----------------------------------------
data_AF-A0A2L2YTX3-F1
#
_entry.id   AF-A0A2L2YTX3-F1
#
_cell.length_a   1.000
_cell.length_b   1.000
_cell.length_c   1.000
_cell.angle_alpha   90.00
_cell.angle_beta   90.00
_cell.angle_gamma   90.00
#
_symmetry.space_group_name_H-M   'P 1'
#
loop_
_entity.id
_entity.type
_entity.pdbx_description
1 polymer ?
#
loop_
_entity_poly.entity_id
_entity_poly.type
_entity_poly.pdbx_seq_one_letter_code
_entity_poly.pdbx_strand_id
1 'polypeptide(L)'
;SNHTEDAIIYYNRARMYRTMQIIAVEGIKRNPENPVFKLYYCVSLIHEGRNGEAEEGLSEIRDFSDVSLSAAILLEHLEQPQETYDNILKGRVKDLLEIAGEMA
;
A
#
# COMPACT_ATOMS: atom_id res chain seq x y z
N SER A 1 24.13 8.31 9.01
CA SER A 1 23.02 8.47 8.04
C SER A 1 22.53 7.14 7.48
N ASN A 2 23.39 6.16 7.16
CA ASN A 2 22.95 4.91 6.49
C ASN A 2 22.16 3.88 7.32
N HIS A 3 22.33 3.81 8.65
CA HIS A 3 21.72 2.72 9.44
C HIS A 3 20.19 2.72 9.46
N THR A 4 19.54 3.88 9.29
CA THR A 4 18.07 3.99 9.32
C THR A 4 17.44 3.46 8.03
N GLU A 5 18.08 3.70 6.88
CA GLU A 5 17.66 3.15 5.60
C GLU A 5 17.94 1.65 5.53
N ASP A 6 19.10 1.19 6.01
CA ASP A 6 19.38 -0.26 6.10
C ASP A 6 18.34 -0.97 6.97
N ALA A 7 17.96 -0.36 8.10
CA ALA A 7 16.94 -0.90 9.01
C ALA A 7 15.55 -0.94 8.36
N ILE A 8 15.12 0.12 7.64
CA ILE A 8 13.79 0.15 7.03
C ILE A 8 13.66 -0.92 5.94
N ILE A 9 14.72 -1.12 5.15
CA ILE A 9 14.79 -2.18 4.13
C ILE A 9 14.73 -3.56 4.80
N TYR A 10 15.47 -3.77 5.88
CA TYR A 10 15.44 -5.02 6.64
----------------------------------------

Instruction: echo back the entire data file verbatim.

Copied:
data_AF-A0A2L2YTX3-F1
#
_entry.id   AF-A0A2L2YTX3-F1
#
_cell.length_a   1.000
_cell.length_b   1.000
_cell.length_c   1.000
_cell.angle_alpha   90.00
_cell.angle_beta   90.00
_cell.angle_gamma   90.00
#
_symmetry.space_group_name_H-M   'P 1'
#
loop_
_entity.id
_entity.type
_entity.pdbx_description
1 polymer ?
#
loop_
_entity_poly.entity_id
_entity_poly.type
_entity_poly.pdbx_seq_one_letter_code
_entity_poly.pdbx_strand_id
1 'polypeptide(L)'
;SNHTEDAIIYYNRARMYRTMQIIAVEGIKRNPENPVFKLYYCVSLIHEGRNGEAEEGLSEIRDFSDVSLSAAILLEHLEQPQETYDNILKGRVKDLLEIAGEMA
;
A
#
# COMPACT_ATOMS: atom_id res chain seq x y z
N SER A 1 24.13 8.31 9.01
CA SER A 1 23.02 8.47 8.04
C SER A 1 22.53 7.14 7.48
N ASN A 2 23.39 6.16 7.16
CA ASN A 2 22.95 4.91 6.49
C ASN A 2 22.16 3.88 7.32
N HIS A 3 22.33 3.81 8.65
CA HIS A 3 21.72 2.72 9.44
C HIS A 3 20.19 2.72 9.46
N THR A 4 19.54 3.88 9.29
CA THR A 4 18.07 3.99 9.32
C THR A 4 17.44 3.46 8.03
N GLU A 5 18.08 3.70 6.88
CA GLU A 5 17.66 3.15 5.60
C GLU A 5 17.94 1.65 5.53
N ASP A 6 19.10 1.19 6.01
CA ASP A 6 19.38 -0.26 6.10
C ASP A 6 18.34 -0.97 6.97
N ALA A 7 17.96 -0.36 8.10
CA ALA A 7 16.94 -0.90 9.01
C ALA A 7 15.55 -0.94 8.36
N ILE A 8 15.12 0.12 7.64
CA ILE A 8 13.79 0.15 7.03
C ILE A 8 13.66 -0.92 5.94
N ILE A 9 14.72 -1.12 5.15
CA ILE A 9 14.79 -2.18 4.13
C ILE A 9 14.73 -3.56 4.80
N TYR A 10 15.47 -3.77 5.88
CA TYR A 10 15.44 -5.02 6.64